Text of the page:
Who Pays Closing Costs?
9-minute readAugust 09, 2021
*As of July 6, 2020, Rocket Mortgage is no longer accepting USDA loan applications.
Buying a home can be an exciting time. After all, you’re opening up a whole new chapter of your life.
However, closing on a home is an expensive endeavor. Even if you’ve diligently saved up for a large down payment, closing costs can be an expensive surprise for the buyer.
Let’s uncover exactly what closing costs are so you can be prepared to close on the home of your dreams.
What Are Closing Costs?
First, it’s important to understand exactly what’s included in closing costs. Basically, a closing cost is anything you need to pay in order to finalize the mortgage of your home. You’ll need to pay these closing costs as the title of the property is transferred from the seller to the buyer.
Generally, the buyer should expect to pay 5% of the purchase price in closing costs. For example, you should expect to pay around $5,000 in closing costs if the purchase price of the home is $100,000.
Although the buyer will pay for most of the closing costs, sellers also have some closing costs to cover.
Here’s a breakdown of who’s expected to pay for what:
Buyer’s Closing Costs
- Loan application fee: Many lenders require an application fee to kick-start your mortgage process. You may need to pay up to $500 for this.
- Loan origination fee: In order to get the ball rolling, a lender may require a loan origination fee. Typically this fee is a percentage of your mortgage amount.
- Any loan points: Depending on your loan, discount points may be included. One discount point is equivalent to 1% of your loan amount. You pay these points directly to the lender up front. In return you’ll lock in a lower interest rate on your loan.
- Appraisal fee: The lender will have an appraiser assess the value of your home. Usually this service costs $300 – $500.
- Credit report fee: Lenders will likely pull your credit report. This fee is usually less than $100.
- Flood fees: If your home is vulnerable to flooding, the lender may require certification to confirm its status. You can obtain this certification from the Federal Emergency Management Agency (FEMA) for around $20.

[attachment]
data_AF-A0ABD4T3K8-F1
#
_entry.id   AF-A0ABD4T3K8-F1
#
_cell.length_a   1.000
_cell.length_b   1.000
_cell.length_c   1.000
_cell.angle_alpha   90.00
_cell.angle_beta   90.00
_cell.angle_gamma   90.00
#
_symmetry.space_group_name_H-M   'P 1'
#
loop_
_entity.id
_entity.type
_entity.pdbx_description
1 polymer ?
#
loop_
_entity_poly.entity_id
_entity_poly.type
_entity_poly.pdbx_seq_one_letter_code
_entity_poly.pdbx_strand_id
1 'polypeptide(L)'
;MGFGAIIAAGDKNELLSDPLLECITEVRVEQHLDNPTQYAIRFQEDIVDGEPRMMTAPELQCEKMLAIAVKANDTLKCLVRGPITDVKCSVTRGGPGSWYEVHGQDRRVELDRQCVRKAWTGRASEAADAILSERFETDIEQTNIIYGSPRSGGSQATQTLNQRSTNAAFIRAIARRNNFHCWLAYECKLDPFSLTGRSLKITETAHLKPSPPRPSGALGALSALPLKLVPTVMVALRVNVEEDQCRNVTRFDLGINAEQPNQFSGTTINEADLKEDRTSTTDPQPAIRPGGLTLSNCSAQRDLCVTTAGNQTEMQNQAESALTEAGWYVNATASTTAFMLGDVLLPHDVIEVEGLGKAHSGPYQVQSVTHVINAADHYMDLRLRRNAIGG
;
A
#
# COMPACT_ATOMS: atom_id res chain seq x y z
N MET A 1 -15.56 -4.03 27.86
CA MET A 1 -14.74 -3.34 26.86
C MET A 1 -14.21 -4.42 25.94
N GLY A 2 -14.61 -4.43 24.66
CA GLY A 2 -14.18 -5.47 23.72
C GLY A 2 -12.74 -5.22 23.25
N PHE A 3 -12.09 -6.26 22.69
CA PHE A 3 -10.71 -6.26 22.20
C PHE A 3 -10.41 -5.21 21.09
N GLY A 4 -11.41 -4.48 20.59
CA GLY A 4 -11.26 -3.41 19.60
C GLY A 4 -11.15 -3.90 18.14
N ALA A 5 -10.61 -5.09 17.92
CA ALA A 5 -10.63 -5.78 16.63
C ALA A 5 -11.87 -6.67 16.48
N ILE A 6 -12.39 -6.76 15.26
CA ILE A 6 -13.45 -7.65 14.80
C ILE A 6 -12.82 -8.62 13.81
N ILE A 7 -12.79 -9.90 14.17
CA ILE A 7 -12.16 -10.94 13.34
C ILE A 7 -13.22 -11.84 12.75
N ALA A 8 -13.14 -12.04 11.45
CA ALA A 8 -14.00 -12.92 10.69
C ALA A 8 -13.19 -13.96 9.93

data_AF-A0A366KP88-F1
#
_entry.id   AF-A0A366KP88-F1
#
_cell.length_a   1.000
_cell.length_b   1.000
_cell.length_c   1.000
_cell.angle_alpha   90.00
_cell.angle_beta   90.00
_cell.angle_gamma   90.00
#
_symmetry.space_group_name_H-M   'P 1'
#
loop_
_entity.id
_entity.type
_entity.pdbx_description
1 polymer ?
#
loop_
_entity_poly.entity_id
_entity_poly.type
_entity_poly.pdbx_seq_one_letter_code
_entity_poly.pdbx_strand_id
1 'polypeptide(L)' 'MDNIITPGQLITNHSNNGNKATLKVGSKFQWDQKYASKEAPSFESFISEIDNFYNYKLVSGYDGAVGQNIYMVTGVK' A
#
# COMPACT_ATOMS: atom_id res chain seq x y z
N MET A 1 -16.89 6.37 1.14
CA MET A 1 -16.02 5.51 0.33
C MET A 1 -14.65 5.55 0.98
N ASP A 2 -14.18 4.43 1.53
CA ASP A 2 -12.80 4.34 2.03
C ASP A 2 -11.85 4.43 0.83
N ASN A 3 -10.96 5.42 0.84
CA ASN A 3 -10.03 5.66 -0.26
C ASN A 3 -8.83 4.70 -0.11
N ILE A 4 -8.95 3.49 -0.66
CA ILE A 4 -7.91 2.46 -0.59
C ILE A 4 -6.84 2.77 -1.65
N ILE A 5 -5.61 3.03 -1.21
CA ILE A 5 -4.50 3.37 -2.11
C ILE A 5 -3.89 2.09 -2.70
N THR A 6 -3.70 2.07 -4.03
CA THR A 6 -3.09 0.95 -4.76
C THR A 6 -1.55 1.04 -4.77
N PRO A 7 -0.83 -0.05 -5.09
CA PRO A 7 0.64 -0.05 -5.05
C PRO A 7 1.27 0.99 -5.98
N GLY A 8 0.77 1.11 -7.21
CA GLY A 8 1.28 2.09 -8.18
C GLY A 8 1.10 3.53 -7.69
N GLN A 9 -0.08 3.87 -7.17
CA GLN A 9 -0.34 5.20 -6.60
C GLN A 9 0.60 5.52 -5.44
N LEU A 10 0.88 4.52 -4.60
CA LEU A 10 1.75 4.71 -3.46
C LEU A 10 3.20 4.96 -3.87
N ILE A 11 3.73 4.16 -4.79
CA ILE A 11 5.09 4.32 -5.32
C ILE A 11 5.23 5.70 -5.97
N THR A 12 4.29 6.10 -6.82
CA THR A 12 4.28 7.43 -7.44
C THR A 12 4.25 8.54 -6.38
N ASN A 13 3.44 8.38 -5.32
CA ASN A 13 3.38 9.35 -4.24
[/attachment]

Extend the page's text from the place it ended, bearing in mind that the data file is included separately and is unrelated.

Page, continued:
- Home inspection: This is one fee you don’t want to skip. You’ll need to have a home inspection to ensure the property you’re buying is in good shape. The few hundred dollars you spend on an inspector could alert you to thousands of dollars’ worth of problems.
- Homeowners insurance premium: Typically the buyer will pay for homeowners insurance for the rest of the year at closing.
- Private mortgage insurance (PMI): You can sometimes pay for PMI upfront. Although it varies by lender, this is an opportunity to save money over the long term.
- Property taxes: In most states the buyer will pay property taxes for the rest of the year at closing.
- Homeowners association (HOA) fees: If you’re buying a property with a HOA, you may be required to pay a transfer fee or an annual fee.
- Title and attorney fees: These fees include the cost of the title and other required government filings. You may also need to pay for an attorney to help you through this process.
- Assumption fee: You’ll need to pay an assumption fee to the lender if you’re taking over a conventional loan from the seller.
- Prepaid interest: The lender will require you to pay interest on the loan at a prorated amount from closing day until the next month.
- Lender’s title insurance: This protects the lender from potential legal claims against the home. Usually this costs under $1,000.
Seller’s Closing Costs